Today in 1924, the first broadcast made by King George V was transmitted from the opening ceremony of the British Empire Exhibition. An estimated 10 million people heard the transmission and many events around the country were suspended so that the public could listen. This was also, possibly, the first electronic recording made in England. At the BBC archives, you can listen to the broadcast of the ceremony. As president of the event, Edward, Prince of Wales, asks his father, King George V, to open the proceedings. They acknowledge the hard work that has gone into the exhibition, despite adverse weather, and outline its aims to show the achievements of the Empire and its peoples and to stimulate the economy, which is still recovering from World War I.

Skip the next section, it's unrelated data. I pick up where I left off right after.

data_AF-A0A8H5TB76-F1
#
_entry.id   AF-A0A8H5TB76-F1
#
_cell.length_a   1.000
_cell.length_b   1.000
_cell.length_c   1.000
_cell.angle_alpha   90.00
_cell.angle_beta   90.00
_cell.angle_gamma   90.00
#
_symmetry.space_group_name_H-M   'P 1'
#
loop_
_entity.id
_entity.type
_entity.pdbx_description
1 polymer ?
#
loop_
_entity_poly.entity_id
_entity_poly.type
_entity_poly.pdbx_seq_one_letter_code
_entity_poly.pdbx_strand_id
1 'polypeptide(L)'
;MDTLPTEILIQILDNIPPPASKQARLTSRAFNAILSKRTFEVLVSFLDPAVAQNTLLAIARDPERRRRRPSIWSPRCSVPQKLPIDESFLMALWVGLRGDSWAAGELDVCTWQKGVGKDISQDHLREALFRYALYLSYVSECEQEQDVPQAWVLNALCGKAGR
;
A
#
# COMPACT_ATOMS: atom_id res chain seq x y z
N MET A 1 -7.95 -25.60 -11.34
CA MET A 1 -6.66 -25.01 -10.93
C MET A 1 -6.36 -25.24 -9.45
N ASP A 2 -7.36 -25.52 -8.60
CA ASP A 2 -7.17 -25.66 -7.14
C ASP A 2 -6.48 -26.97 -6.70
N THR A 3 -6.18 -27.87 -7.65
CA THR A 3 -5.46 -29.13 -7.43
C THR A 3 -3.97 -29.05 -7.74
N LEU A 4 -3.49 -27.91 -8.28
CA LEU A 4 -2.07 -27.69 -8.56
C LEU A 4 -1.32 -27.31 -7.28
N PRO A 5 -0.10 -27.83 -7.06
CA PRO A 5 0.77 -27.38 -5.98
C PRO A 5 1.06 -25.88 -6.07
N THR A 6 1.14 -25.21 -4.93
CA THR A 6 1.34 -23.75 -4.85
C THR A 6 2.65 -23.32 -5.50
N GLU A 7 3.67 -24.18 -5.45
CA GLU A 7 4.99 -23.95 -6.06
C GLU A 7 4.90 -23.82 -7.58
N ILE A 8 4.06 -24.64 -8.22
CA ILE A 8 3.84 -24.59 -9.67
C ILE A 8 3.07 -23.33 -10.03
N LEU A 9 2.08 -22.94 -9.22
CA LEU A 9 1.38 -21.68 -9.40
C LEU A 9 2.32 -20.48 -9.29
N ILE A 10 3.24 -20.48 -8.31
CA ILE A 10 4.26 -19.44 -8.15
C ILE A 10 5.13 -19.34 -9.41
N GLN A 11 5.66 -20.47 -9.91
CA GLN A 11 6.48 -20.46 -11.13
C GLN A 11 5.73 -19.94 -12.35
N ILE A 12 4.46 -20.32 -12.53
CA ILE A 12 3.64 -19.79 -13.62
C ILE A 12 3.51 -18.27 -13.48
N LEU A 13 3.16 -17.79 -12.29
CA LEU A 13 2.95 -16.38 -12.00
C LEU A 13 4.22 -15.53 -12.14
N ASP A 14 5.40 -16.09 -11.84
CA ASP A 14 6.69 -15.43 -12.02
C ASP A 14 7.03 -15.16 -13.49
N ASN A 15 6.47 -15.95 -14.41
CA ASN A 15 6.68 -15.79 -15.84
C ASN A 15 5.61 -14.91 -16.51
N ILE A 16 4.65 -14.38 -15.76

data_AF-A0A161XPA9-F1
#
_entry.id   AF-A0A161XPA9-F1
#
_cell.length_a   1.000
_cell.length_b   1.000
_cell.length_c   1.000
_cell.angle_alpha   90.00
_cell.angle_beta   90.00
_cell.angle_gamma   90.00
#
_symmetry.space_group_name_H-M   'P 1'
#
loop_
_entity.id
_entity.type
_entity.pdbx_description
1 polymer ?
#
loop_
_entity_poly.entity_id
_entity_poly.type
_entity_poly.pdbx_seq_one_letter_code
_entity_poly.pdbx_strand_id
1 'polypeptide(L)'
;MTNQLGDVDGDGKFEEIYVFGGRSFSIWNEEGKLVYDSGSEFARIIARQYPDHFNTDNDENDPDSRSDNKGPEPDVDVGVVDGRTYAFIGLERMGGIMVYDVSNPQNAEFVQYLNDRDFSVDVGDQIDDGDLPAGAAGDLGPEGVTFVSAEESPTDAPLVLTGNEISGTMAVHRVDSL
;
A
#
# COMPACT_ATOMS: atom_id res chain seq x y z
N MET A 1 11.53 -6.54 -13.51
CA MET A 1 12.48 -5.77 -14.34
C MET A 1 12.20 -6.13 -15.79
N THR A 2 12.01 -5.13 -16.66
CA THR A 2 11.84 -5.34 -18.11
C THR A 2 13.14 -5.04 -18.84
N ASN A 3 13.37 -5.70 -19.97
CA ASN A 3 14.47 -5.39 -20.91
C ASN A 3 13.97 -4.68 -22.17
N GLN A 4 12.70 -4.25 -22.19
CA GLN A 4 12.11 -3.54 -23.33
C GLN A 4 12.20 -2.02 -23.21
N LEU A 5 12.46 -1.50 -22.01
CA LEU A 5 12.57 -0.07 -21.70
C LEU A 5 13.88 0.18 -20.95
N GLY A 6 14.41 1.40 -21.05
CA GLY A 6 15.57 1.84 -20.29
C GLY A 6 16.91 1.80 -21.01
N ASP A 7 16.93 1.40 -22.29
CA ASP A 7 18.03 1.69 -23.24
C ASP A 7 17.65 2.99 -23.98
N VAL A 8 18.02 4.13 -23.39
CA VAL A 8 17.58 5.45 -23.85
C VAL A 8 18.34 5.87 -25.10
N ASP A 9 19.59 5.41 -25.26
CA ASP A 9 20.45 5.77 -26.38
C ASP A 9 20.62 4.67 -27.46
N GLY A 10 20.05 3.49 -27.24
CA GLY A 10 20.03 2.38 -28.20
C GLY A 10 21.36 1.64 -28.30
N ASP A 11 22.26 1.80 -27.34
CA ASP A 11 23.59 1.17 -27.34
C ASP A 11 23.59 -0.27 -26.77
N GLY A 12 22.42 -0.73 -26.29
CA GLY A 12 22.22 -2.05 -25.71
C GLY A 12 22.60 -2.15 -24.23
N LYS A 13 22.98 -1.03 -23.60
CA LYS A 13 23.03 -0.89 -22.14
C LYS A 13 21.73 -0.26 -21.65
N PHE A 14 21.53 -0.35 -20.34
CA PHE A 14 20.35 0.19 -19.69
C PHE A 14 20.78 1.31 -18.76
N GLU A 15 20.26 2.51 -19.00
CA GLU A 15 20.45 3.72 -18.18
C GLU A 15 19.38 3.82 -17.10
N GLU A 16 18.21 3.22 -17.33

The film The King’s Speech, a major box office and critical success in 2011, opens with Prince Albert, Duke of York, the second son of King George V, speaking (and stammering) at the close of the British Empire Exhibition at Wembley Stadium. The film ends with his speech (halting, but not stammering) to the nation (and the Empire) as King George VI at the outbreak of World War II. Listen to the historical speech at the BBC Archives and watch Colin Firth’s performance on YouTube.